Nest and Eggs of the Hermit Warbler.
The accompanying plate of the nest and eggs of the Western Warbler is presented with the hope that it may interest those who may have specialized in the extensive and interesting warbler group. The photograph claims no special merit from a scientific standpoint, but is perhaps the first nest and eggs of Dendroica occidentalis to be published.
This nest and eggs was the second recorded set of this species, the first known set having been taken by Mr. Beck in El Dorado Co., Cal. in June, 1896, while the present one was collected by myself in about the same locality on June 14, 1898. As the set has been described at length (Auk XVI 159) repetition is unnecessary. The illustration serves to show the position of the nest upon the pine limb, on which it merely rested, not being fastened at any point. I quote the description from the article referred to: "It is very prettily constructed, the bottom layer being of light grayish weed stems, bleached pine needles and other light materials held securely together by cobwebs and other wooly substances. The nest cavity is lined with strips of red cedar bark (Libocedrus) and the ends, instead of being woven smoothly, project out of the nest. The inner lining is of a fine brownish fiber resembling shreds of soap-root. The eggs were about two-fifths advanced in incubation and measured .66×.52, .68×.53, .67×.53 and .69×53 inches. They are spotted chiefly in wreaths at the large end with varying shades of lilac, brown and chestnut."
A Provident Bluejay.
A singular incident touching upon the economy of jays and indicating a reasoning power, which I am not backward in ascribing to jay intelligence, occurred this morning (Dec. 19, 1899) as I looked through a window in the dining room. I saw a California Jay hopping on the ground about thirty feet distant, appearing at first to have an extension bill. The extra length was accounted for when I saw that the jay carried a dark object and seemed to have some dark design.
He hopped a few yards in the grass and then deposited his burden, pecking it down as if into the earth. The bird then seemed to be plucking pieces of grass and laying them on the spot. He ceased this operation in a moment, flitted toward the fence and picked or excavated another darker object from the ground in the young grass, and flew with this in its beak to a low branch. Here he transferred it to his claws and pecked at it with apparent enjoyment. I watched him until he had disposed of the kernel, scrambling at times to maintain his hold and keep from losing the dainty morsel. Dropping the unpalatable fragment he then flew to rejoin his mate or a "pal" in an acacia tree. The discarded pieces proved upon investigation to be decayed almond shell.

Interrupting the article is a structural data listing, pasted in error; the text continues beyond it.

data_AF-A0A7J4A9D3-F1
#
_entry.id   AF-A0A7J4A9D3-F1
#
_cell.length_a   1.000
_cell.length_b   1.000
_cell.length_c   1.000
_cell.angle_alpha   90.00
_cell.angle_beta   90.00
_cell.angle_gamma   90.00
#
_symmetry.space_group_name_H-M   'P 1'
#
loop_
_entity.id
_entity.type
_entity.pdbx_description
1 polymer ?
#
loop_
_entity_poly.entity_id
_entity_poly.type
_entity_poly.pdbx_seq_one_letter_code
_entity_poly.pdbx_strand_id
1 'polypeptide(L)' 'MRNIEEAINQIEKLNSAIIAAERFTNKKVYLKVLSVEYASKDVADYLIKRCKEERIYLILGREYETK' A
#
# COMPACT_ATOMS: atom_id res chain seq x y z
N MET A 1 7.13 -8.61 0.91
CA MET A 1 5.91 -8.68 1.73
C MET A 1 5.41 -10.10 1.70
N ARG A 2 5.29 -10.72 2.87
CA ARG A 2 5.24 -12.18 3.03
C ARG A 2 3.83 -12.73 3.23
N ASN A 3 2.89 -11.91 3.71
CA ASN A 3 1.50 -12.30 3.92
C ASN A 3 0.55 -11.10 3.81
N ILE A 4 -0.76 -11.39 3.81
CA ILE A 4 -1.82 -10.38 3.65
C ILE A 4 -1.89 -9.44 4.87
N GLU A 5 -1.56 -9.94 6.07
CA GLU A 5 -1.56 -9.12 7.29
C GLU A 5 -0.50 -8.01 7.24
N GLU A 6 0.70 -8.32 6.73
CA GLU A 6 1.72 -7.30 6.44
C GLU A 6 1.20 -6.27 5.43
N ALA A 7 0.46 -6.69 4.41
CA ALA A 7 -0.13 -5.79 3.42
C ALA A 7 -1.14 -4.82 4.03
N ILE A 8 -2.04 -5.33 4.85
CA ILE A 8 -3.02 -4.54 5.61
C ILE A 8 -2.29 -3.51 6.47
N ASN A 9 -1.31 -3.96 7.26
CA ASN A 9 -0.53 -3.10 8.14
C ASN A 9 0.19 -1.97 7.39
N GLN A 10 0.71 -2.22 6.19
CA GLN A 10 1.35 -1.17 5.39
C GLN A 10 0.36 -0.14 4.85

I had not lost sight of the spot where the jay had evidently buried some plunder to await a more convenient season, and, in fact, it was fortunately marked by a white feather on the ground. I made for the spot, taking a direct course through the window, and after a careful search, discovered where the bird had artfully hidden a prize in the grass which stood about four inches high. It was a perfect almond and was not imbedded in the earth, but neatly tucked into a little hole and hidden by blades of grass. It was not decayed and breaking a corner showed a perfect kernel.
The nut had been filched from my neighbor's yard, making my premises a recourse for stolen goods! There is reason in most things, and as the jay was hungry he did not hide away this good almond for nothing. Mr. Jay is shrewd. My explanation is that the California Jay is especially fond of nuts with a wormy flavor. He has argued from experience that lying in the damp, they mould and probably gather living delicacies of which I wot not. What simpler then, that, having tweaked off the nut from the branch, he should place it where time will do the rest, where, one day, he will dine en regale?
H. R. Tayior.